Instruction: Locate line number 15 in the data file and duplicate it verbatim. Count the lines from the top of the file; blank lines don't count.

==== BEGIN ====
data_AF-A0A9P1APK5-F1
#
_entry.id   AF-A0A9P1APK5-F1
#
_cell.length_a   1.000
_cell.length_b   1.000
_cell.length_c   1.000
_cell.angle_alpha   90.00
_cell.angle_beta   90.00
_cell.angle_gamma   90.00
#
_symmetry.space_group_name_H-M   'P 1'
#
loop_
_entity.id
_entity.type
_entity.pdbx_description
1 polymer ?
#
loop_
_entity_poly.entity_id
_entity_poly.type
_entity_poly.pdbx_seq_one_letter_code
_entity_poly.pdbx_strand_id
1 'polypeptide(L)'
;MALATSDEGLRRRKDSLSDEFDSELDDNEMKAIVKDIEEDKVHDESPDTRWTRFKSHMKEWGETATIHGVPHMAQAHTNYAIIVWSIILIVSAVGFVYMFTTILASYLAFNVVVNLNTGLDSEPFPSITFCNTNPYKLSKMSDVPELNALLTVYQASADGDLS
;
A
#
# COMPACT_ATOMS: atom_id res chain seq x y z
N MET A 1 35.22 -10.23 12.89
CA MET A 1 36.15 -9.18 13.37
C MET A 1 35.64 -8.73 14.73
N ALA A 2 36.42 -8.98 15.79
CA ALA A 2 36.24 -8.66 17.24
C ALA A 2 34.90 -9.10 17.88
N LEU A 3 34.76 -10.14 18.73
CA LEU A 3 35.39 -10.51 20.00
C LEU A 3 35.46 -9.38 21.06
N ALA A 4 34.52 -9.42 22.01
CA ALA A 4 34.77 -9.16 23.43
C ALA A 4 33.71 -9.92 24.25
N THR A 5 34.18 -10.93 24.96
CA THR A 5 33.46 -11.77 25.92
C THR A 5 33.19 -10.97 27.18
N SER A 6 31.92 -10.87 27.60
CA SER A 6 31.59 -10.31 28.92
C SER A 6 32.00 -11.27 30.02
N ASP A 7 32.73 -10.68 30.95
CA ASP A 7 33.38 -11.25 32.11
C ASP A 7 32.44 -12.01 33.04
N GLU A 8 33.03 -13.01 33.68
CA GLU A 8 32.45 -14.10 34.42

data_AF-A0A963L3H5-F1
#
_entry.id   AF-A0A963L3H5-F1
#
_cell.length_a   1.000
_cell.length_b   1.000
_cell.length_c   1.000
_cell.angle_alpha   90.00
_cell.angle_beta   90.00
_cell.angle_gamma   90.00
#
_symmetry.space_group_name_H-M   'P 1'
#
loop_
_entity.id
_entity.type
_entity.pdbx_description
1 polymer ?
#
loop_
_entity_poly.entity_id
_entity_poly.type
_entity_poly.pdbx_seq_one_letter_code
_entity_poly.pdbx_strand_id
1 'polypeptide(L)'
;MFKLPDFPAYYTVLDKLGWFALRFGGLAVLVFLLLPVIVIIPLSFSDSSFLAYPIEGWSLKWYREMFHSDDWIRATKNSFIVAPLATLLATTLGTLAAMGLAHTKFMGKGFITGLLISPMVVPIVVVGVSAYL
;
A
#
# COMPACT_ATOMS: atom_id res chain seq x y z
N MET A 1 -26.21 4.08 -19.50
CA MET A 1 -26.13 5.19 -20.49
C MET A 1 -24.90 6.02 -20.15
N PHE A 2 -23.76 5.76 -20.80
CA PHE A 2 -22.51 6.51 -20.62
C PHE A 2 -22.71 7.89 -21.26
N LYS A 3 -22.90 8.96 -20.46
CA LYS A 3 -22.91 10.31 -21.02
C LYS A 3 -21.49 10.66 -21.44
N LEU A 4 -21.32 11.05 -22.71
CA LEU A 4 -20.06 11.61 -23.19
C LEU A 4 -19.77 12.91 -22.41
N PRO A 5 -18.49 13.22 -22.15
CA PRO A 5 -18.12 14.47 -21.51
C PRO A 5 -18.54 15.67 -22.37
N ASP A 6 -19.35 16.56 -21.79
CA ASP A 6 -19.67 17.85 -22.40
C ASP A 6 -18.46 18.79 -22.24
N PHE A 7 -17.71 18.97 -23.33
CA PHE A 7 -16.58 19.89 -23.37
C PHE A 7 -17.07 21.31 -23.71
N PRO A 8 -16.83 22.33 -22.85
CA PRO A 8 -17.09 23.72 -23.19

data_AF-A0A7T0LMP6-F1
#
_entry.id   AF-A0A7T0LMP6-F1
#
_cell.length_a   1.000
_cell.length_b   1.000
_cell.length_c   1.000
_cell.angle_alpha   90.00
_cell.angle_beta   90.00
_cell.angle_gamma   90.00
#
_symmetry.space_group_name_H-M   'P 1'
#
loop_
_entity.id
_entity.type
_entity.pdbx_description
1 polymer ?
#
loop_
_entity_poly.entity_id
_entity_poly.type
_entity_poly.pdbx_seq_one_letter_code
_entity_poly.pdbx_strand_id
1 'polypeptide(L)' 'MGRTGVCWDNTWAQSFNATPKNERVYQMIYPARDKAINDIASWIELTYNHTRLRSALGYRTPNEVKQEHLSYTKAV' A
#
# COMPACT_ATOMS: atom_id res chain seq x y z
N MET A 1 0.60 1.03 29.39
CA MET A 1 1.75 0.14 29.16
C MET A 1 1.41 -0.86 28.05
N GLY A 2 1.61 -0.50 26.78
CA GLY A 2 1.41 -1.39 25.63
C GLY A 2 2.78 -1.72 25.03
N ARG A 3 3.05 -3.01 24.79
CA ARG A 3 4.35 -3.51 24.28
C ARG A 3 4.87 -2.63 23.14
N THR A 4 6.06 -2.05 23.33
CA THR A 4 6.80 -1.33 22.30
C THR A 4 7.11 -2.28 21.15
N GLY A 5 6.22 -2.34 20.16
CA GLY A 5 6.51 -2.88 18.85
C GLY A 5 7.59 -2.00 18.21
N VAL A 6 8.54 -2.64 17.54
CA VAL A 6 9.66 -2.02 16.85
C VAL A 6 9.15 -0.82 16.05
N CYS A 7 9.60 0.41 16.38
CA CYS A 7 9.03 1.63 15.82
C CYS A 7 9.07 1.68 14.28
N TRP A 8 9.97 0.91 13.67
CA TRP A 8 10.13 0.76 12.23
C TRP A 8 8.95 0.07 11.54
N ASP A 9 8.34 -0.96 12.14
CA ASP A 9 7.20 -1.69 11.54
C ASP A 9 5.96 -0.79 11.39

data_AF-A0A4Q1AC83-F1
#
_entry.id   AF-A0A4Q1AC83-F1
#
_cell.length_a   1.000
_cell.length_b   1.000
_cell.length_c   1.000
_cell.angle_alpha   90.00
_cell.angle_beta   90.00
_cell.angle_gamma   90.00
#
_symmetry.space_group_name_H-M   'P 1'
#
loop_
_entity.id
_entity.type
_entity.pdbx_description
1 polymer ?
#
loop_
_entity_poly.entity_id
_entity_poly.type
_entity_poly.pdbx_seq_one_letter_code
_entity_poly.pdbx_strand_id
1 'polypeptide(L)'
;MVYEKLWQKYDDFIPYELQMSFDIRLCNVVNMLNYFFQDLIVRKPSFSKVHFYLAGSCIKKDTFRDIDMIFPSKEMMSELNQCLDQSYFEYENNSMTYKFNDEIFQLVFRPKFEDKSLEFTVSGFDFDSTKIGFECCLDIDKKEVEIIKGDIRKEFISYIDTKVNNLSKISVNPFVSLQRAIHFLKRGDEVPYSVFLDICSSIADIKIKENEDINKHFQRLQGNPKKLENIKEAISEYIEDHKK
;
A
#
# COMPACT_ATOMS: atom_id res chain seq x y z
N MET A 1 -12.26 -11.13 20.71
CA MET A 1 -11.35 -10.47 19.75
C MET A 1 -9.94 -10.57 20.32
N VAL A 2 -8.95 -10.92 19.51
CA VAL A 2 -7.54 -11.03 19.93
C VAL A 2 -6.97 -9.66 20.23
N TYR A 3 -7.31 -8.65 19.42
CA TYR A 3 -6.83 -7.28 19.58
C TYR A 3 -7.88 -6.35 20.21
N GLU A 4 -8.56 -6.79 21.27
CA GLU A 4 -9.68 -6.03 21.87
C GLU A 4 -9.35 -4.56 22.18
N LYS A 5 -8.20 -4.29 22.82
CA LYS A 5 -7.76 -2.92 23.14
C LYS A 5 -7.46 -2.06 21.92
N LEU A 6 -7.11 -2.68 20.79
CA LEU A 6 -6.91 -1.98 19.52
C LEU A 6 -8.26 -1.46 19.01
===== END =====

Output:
_entity.id